Monday’s blog contained a definition of resilience, as well as several traits of resilient people. If that list seemed foreign to you, I have some tips on how to build your resilience. But before I go into that, I must stress (no pun intended) the need for self-care right now.
Friends, you must take of yourself. And I think #1 on the list should be to purposefully UNPLUG. That’s right. Leave your phone at home. Turn off the TV. Stow the tablet. Give yourself a set time to use those items and then turn them off. It doesn’t mean you aren’t involved. It doesn’t mean you don’t care. It doesn’t mean you are uninformed. It means you care about your sanity in a not-so-normal world right now. In addition, you can do things like take a walk and enjoy nature, listen to your favorite music, go to the gym, spend time with friends and family or do something creative that fully engulfs your mind. Get away from the craziness, reduce your stress, get happy, and above all be grateful for the wonderful things in your life.
Now on to resilience! First, let’s look back at the definition of resilience:
Resilience is what gives people the psychological strength to cope with stress and hardship. It is the mental reservoir of strength that people are able to call on in times of need to carry them through without falling apart.
Instead of falling into despair or hiding from problems with unhealthy coping strategies, resilient people face life’s difficulties head on. This does not mean that they experience less distress, grief, or anxiety than other people do. It means that they handle such difficulties in ways that foster strength and growth.
In many cases, they may emerge even stronger than they were before. 1
How can you boost your psychological strength in order to tackle the adversity that comes your way? Here you go:
Build your coping resources. Exercise, meditate, practice yoga or some other form of relaxation on a regular basis. These activities not only help you relax after a stressful day, they help you handle stress better in the future.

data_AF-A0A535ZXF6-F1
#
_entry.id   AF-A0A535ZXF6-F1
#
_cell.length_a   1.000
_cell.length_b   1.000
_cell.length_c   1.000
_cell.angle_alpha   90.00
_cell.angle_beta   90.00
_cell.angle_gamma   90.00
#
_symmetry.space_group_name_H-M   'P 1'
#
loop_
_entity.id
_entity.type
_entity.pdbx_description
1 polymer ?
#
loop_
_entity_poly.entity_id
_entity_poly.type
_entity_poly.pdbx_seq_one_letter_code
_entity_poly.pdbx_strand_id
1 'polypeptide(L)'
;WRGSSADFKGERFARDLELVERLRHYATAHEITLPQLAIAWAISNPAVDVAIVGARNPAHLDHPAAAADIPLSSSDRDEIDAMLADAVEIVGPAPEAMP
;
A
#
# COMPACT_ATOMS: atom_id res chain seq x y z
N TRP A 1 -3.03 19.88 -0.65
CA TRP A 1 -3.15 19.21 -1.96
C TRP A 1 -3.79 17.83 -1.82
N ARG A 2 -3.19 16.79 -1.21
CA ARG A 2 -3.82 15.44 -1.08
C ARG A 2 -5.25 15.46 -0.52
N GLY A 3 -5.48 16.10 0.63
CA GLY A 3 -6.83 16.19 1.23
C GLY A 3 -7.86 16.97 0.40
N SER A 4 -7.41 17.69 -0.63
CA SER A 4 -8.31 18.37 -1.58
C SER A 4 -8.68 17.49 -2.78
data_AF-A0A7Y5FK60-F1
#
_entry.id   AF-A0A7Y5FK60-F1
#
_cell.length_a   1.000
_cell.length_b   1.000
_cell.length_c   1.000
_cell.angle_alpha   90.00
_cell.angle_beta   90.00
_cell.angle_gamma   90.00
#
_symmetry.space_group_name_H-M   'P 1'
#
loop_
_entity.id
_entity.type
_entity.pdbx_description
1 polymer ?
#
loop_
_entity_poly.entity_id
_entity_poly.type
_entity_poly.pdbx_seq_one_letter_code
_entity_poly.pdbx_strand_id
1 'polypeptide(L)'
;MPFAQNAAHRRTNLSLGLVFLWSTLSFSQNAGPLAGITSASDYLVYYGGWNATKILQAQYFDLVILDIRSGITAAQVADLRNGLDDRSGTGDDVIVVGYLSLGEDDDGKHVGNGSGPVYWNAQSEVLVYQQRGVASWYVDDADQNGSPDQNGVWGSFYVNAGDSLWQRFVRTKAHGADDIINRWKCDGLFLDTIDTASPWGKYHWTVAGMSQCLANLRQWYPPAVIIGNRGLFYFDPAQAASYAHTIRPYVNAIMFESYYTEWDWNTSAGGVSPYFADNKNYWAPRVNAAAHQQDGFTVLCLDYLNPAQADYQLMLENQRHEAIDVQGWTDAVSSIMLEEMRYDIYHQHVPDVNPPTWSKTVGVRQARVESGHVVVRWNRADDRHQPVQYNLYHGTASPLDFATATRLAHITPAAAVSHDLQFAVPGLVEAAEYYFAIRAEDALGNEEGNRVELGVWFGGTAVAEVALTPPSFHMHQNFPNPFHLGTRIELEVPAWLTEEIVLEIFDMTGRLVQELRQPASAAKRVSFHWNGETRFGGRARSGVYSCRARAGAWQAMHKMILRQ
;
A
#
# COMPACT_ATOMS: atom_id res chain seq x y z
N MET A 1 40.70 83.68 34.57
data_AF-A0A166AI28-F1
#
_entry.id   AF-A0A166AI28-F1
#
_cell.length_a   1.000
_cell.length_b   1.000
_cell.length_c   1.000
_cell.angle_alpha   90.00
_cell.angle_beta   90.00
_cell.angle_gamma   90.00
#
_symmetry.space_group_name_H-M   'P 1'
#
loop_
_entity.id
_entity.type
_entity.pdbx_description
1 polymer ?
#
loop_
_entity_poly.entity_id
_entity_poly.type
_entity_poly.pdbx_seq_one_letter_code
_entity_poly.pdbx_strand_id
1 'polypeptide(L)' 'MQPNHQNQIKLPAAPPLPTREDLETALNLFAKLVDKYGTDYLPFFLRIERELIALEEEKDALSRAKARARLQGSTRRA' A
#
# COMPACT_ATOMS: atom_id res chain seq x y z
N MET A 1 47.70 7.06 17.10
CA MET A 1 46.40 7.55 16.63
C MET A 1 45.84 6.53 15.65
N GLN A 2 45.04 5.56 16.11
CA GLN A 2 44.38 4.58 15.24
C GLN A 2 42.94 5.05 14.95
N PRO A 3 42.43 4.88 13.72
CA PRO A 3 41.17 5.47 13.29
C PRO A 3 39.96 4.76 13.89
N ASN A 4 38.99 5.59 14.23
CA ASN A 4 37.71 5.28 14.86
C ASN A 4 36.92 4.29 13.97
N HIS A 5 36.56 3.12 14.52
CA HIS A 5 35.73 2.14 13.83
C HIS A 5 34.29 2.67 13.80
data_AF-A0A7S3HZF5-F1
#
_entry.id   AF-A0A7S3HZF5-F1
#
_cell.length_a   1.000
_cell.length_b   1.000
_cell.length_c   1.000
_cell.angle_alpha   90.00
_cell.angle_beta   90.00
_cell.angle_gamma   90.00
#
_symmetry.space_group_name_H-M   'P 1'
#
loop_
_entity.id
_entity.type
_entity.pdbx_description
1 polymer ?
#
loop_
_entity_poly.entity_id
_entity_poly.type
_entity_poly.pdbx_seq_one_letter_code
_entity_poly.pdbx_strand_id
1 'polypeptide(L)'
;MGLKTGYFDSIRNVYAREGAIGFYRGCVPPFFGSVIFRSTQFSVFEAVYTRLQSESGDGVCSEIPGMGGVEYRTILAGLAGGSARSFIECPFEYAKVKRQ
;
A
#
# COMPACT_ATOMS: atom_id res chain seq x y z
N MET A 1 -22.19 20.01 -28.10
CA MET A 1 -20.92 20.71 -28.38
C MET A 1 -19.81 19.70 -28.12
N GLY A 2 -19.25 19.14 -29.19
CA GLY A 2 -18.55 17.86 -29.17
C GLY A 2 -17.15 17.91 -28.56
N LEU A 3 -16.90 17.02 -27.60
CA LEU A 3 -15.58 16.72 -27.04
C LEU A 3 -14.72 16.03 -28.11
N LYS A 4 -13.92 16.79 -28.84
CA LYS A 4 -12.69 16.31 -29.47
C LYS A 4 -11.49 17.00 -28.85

Be flexible. Trees and shrubs that don’t bend in the wind break. Learn how to go with the flow or you will break too. Begin by learning how to compromise. The sooner you learn that your way isn’t the only way, the sooner you will see how to move through a stressful crisis. It may be inflexible thinking that got you into that stressful crisis in the first place.
Seek support. Your closest friends, certain co-workers, family members, spiritual advisors and counselors can help you weather any storm. These are your pillars of strength. Don’t be afraid to lean on them in times of trouble. Tell these supportive people exactly what is going on: I’m having trouble financially. I feel really depressed. I am having trouble with co-workers who I thought were my friends. There is an old saying that applies here: A problem shared is a problem halved.
See setbacks as temporary. We all have a tendency to “awfulize” and believe that the worst possible scenario is the only scenario. Try your best to move through times of crisis knowing that eventually you are going to come out OK on the other side.
Nurture an attitude of gratitude. Before going to bed at night make a mental list of everything you have to be grateful for. Gratitude is one of the basic underpinnings of contentment and stress resilience.
Develop your spiritual resources. Strong spiritual beliefs are a great antidote for stress. When you truly believe that everything happens for a reason, your stress resilience is going to going to be improved.
Take action. Don’t let your problems cripple you to the point of inertia, or inaction. Take any action that moves you forward even if it is only a “baby step.”
Resilience is about facing stress head on and looking at stressful situations as opportunities for growth. Begin to see your stress like a professional athlete sees his or her workout: It’s how you get better at what you do. Your stress is like a workout for your mind. It builds character and exercises your problem-solving ability. It’s part of being human. When you see stress in this way — and learn to take it in stride — you will begin to appreciate life more, enjoy challenges and overcome obstacles that only temporarily block your way. And that’s how you build resilience. 2
If you want to be a change agent in this world, you have to take care of yourself and have strong resilience. When you are thriving, you have the ability to help others build their resilience. Soon we have an entire community of thriving individuals who can solve problems creatively and collaboratively and present them in a civil and caring way. This is what I believe contributes to true change.